Countless hides and furs of cattle, buffalo, deer and wild animals, much wool and hundreds of thousands of pounds of pecans were handled in the succeeding years, and the business gradually grew until Joseph Sondheimer was collecting hides and furs as far away as the most inaccessible points in Texas, Louisiana, Arkansas, Kansas and neighboring states. The real headquarters of the business until 1872 was in St. Louis, though Mr. Sondheimer spent most of his time here and at the other trading points. In 1872, when the Katy was built through this part of the country, he moved the headquarters of his big business here and opened a new office and warehouse at Main and Broadway, back of the J. S. Atkinson & Company mercantile store. The warehouse was later moved across the street, then in 1882 to Second and Okmulgee, where it remained until 190d, when the present warehouse opposite the city hall was built and occupied. The Sondheimer warehouse escaped both the big fires of 1887 and 1898, and it was in his warehouse, practically the only business building left after the 1887 fire, that the merchants and business men met and discussed plans to rebuild Muskogee.
Mr. Sondheimer was married in 1866 and was the father of five children. Only two of them survive, these being Samuel and Alexander, who are active partners in the Sondheimer business and well known citizens of Muskogee. In the old days when Mr. Sondheimer would ride from point to point soliciting hide and fur business, he and his big white horse were always welcome visitors anywhere in the territory. He carried thousands of dollars in gold in his saddlebags and paid for furs in gold coin.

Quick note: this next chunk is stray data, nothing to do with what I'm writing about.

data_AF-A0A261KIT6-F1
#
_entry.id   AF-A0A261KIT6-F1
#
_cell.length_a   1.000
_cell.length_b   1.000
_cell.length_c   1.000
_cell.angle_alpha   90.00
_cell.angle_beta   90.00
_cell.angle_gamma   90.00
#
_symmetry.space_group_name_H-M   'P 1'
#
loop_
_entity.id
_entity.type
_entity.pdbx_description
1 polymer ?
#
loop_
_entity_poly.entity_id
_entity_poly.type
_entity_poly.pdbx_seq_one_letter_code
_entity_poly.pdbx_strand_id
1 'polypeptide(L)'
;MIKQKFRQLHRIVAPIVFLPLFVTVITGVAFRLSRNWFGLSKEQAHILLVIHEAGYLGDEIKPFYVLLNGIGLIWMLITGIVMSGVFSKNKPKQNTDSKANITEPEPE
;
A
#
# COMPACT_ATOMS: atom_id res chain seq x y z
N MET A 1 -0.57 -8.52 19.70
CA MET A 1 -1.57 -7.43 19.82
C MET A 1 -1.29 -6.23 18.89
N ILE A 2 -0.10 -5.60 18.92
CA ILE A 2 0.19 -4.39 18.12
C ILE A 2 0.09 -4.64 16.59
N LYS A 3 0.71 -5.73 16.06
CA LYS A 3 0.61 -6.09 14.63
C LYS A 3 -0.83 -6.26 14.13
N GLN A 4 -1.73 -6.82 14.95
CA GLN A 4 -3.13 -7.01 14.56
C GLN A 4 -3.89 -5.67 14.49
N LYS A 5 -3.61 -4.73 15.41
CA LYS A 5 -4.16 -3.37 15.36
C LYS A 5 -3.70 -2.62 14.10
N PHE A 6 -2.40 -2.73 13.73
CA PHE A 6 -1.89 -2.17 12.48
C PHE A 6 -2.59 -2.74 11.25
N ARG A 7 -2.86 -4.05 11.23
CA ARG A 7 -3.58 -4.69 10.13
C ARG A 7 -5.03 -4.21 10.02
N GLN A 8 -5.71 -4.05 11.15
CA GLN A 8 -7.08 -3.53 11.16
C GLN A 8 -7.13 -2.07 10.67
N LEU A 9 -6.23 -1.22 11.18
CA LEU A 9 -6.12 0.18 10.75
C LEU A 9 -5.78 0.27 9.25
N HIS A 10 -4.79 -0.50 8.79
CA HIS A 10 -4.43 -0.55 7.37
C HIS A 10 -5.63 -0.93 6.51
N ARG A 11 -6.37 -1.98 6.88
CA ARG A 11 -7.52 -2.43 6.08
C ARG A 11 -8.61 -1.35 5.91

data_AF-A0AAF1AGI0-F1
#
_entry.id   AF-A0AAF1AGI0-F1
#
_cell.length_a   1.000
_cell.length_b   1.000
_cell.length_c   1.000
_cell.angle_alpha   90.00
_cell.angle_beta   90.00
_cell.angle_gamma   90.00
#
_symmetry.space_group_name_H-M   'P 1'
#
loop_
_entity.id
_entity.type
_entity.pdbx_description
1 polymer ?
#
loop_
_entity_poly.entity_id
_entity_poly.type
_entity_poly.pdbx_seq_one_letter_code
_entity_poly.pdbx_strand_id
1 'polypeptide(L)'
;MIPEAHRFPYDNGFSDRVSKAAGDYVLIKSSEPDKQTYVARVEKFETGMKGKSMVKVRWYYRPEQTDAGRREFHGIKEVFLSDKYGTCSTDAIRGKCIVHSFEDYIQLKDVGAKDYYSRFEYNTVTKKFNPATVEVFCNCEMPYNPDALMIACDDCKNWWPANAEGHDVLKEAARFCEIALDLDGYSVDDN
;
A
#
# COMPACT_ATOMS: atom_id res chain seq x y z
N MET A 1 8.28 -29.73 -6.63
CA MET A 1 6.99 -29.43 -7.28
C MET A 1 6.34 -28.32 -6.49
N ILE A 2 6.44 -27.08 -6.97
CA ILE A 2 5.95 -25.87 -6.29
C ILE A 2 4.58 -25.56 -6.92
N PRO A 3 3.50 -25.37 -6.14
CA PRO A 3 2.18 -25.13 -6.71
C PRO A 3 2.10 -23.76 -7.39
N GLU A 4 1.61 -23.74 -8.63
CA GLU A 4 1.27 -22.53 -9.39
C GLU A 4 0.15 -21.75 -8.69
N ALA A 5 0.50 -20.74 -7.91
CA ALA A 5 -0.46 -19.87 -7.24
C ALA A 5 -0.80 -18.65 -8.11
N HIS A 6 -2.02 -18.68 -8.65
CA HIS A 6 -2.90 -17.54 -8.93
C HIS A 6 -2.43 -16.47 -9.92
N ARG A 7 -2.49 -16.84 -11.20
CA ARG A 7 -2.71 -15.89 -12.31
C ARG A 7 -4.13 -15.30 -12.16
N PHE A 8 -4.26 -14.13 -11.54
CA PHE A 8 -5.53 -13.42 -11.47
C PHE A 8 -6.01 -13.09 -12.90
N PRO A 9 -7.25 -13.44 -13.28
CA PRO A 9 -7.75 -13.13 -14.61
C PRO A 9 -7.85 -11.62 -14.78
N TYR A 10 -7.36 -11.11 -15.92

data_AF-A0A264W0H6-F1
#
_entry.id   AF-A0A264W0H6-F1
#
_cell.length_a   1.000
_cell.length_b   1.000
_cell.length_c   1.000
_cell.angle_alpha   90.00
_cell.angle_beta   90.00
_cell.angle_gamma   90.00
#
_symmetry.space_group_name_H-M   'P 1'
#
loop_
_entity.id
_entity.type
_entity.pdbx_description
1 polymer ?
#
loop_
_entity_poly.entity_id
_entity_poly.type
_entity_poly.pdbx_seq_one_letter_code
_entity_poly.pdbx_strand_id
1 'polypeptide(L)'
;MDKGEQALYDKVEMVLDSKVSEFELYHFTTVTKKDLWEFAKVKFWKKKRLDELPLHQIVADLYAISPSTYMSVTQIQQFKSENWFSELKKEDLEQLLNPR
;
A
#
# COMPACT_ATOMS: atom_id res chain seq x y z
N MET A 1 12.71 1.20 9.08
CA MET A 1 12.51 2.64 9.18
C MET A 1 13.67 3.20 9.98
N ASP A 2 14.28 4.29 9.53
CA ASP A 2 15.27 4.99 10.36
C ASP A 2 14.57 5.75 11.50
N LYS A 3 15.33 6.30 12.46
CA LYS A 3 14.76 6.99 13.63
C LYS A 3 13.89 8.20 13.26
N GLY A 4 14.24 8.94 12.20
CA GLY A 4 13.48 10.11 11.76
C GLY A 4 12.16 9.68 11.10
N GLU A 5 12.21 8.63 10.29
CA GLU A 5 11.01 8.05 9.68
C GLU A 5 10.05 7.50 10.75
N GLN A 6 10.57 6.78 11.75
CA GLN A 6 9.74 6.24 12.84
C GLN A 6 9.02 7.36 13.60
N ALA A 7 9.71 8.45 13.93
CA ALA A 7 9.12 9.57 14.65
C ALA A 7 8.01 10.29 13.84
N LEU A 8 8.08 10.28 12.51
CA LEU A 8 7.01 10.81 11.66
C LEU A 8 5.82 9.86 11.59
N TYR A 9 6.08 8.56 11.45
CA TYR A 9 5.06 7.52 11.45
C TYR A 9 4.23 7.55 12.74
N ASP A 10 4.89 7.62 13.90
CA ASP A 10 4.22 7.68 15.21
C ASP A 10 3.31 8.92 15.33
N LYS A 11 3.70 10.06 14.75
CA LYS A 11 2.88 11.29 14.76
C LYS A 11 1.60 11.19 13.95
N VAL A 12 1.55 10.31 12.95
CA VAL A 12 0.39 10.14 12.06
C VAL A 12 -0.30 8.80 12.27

When he would start for St. Louis, his friends in the Territory would entrust to him thousands of dollars with which to pay their bills in St. Louis. With all the lawlessness of those days, he never was held up and never lost a cent of money in any manner.
While the Katy railroad was building, Mr. Sondheimer was appointed general solicitor for the Katy in Texas. He rode thousands of miles through the Lone Star state, telling the settlers of the coming of the road and lining up shipments in advance. So thoroughly was his work done that by the time the road was ready to handle the freight, there were thousands of tons of it waiting at both ends for transport to and from Texas points. He handled this soliciting business in connection with his trips to purchase furs, hides and pecans.
Mr. Sondheimer was a member of the Jewish Reformed church and was until the last actively interested in charitable organizations. He gave much money to charity, though not even his closest friends have any idea of the extent of his goodwill, so quietly and modestly was all his giving done. He was the first contributor to the building of the Oklahoma & Cherokee Central Railroad, now the Frisco, and his name has been on many subscription papers for the up building of Muskogee.